Lifeless bushes and lacking cash — State Journal report from 125 years in the past | Column



Angular screw station

The Angle Worm Station at Barnes Boat Dock on Lake Monona in Madison was the site of a bruise and a lost wallet in 1896. The station got its name from its owner and operator Captain Frank Barneswho gave a speech on July 4th every year on how civilization depends on earthworms, according to the Wisconsin Historical Society.


WISCONSIN HISTORICAL SOCIETY

This summary of the State Journal’s local news ran on August 1, 1896:

Hundreds of dead trees can be seen along Lake Mendota Drive. Last summer’s drought killed them.

Williamson Street is delighted that William Mueller opened a world-class bakery down there.

A man painting telegraph poles along Main Street’s business district attracts the attention of dozens of people with nothing else to do.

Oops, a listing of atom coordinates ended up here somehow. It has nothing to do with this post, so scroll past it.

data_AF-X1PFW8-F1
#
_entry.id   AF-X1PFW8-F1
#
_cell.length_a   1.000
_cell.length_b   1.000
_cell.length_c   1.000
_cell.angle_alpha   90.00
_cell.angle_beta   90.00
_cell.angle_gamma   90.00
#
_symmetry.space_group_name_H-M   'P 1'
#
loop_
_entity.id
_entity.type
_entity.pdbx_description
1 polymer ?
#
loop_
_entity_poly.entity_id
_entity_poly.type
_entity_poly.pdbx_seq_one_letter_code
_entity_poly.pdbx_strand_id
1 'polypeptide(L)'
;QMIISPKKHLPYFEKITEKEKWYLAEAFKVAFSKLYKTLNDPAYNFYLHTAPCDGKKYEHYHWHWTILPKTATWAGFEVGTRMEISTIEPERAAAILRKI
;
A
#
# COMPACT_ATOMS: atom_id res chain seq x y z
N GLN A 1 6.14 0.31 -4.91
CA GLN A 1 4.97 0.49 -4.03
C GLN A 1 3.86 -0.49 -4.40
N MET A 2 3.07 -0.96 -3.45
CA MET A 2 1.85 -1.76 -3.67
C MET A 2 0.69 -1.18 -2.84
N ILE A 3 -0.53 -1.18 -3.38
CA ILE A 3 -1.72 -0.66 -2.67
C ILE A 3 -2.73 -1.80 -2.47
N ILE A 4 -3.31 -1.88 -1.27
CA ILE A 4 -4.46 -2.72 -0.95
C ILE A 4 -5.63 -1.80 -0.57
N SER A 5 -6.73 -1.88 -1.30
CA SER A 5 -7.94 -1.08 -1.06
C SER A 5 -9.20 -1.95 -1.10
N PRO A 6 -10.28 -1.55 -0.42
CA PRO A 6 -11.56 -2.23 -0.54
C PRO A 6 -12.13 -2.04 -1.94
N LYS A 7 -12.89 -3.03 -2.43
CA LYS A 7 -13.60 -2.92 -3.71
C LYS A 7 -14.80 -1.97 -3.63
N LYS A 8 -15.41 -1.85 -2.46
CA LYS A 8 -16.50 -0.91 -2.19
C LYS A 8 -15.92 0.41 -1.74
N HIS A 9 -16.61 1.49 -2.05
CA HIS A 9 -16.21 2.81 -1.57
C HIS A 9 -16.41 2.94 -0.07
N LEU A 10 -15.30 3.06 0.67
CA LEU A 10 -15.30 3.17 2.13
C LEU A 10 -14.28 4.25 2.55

The joinery at the intersection of South Hamilton and Fairchild Streets, which had long been in the hands of the late SL Chase, is now run by Henry Skidmore.

Dr. CA Harper bought the old Durrie homestead on North Carroll Street from EJ Foster for $ 6,300; The lot is 66 x 132 feet and is considered a bargain.

Yesterday afternoon, after James Gallagher suffered bruises from buckling part of the platform at Angle Worm Station, he lost a wallet between $ 4 and $ 5.

The next thing for entertainment lovers will be a lumberjack picnic in Cross Plains on Sunday. Madison will provide the speaker in the person of Mr EW De Bower.

North Henry Street, from Mifflin to State, is to be greatly expanded and the residential buildings on it will be supplied with a sewage system. The macadamization of West Dayton Street from Henry to Broom will begin at an early stage.